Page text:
Host-Microbe Interactions; Genomics; Metagenomics; Comparative Microbiomes; Human and Non-Human Primate Models for Gastrointestinal and Vaginal Microbiomes; The Role of Microbiomes in Human Diseases of the Gastrointestinal Tract and Vagina.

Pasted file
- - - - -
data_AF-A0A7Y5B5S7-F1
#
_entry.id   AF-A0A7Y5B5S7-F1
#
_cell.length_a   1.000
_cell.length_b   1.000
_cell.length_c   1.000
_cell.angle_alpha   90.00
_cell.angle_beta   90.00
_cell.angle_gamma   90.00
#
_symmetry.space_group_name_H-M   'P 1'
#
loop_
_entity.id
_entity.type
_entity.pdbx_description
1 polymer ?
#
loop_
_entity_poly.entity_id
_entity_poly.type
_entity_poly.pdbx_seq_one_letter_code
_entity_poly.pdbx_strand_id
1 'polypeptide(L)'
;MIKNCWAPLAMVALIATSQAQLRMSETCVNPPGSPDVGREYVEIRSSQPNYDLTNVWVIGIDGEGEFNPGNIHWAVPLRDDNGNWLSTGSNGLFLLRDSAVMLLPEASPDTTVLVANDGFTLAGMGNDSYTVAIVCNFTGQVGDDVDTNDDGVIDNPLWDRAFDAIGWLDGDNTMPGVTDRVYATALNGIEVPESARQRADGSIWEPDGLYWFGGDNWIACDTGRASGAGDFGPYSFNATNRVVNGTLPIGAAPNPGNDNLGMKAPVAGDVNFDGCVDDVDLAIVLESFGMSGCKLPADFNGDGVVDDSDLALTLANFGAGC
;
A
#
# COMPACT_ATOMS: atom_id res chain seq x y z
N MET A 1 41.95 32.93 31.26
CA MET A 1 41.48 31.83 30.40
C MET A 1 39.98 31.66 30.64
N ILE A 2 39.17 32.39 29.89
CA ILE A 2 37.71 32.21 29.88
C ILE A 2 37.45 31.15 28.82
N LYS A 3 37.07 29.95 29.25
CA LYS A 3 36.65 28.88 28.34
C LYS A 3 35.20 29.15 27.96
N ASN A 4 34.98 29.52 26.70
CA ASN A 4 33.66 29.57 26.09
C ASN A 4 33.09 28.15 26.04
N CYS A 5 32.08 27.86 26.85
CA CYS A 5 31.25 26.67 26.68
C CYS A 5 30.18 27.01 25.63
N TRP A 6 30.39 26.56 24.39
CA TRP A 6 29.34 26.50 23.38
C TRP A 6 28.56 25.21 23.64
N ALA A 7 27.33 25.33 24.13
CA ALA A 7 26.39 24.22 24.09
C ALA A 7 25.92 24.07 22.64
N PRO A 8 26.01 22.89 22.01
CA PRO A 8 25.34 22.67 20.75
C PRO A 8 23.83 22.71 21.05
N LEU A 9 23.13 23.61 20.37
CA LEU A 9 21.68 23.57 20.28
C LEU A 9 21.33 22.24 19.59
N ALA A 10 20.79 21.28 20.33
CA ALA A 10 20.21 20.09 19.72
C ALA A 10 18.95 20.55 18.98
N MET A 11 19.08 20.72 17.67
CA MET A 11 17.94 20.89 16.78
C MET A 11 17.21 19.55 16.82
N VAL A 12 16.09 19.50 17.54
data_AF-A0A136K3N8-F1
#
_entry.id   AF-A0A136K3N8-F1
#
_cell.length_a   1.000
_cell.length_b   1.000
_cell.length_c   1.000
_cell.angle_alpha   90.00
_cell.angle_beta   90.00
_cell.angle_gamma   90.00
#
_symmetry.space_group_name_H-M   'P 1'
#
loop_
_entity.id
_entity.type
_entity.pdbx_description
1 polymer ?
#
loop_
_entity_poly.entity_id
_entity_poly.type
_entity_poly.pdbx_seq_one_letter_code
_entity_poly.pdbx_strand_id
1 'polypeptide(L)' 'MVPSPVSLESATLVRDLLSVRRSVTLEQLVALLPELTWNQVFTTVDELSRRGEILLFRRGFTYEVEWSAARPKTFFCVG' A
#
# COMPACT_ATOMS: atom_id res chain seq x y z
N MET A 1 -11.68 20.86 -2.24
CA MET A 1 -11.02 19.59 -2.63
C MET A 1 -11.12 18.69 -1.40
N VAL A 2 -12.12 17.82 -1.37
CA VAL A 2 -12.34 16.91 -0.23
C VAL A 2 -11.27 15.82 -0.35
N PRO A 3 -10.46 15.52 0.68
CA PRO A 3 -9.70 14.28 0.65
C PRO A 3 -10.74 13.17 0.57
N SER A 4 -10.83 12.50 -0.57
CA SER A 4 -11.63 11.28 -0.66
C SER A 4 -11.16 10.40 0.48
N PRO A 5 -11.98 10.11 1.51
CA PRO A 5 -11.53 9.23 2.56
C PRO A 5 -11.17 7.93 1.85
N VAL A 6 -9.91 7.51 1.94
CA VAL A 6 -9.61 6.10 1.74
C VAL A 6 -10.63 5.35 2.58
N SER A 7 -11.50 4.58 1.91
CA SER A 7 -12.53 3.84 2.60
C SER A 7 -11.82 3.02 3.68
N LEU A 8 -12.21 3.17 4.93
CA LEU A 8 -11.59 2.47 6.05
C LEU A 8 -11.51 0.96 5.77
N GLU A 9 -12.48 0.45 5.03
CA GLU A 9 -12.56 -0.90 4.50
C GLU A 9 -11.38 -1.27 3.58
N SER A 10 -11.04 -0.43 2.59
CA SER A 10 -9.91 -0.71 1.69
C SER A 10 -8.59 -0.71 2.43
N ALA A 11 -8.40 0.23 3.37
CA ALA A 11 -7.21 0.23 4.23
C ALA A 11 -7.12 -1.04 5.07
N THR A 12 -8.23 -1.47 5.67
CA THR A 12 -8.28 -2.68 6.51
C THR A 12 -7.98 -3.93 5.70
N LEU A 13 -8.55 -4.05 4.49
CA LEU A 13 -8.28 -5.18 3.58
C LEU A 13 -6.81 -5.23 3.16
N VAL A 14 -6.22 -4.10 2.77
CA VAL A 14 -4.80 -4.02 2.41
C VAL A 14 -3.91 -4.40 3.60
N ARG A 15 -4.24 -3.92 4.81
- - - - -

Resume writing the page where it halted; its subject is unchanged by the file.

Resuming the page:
My major research interests are in using microbial physiology and genetics, microbial genomics and metagenomics, and microbial ecology to understand host-microbe interactions in vertebrates. These interests are in production species such as cattle, swine and poultry, and in models of disease for humans. With respect to productions species, we are interested in models that address nutrient utilization, primarily the rumen fiber-adherent microbiome as a model for improving forage utilization. We are also interested in understanding the roles of beneficial and pathogenic organisms and antibiotic use in domestic production animals, as well as approaches that will enable the detection of diseases in livestock and provide critical genetic contexts for understanding food safety. With respect to humans and non-human primates, we are using the framework of the Human Microbiome Project from the NIH Road Map to address issues in health and well-being. One interest is how bacterial communities colonizing the gastrointestinal and reproductive tracts of primates impact health, survival, fecundity, population fitness, and ultimately evolution of the host. Our other major interest is in characterizing the microbiome in the human vagina that are associated with bacterial vaginosis. We also hope to elucidate microbial risk predicators for preterm birth, one of the unfortunate outcomes from untreated and undetected bacterial vaginosis. As part of this project will are applying high throughput genomic technologies to identify microbes and make gene predictions that can lead to personalized medical diagnostics; genomic information physicians could use as predictors of risk and positively impact clinical outcomes and women's health.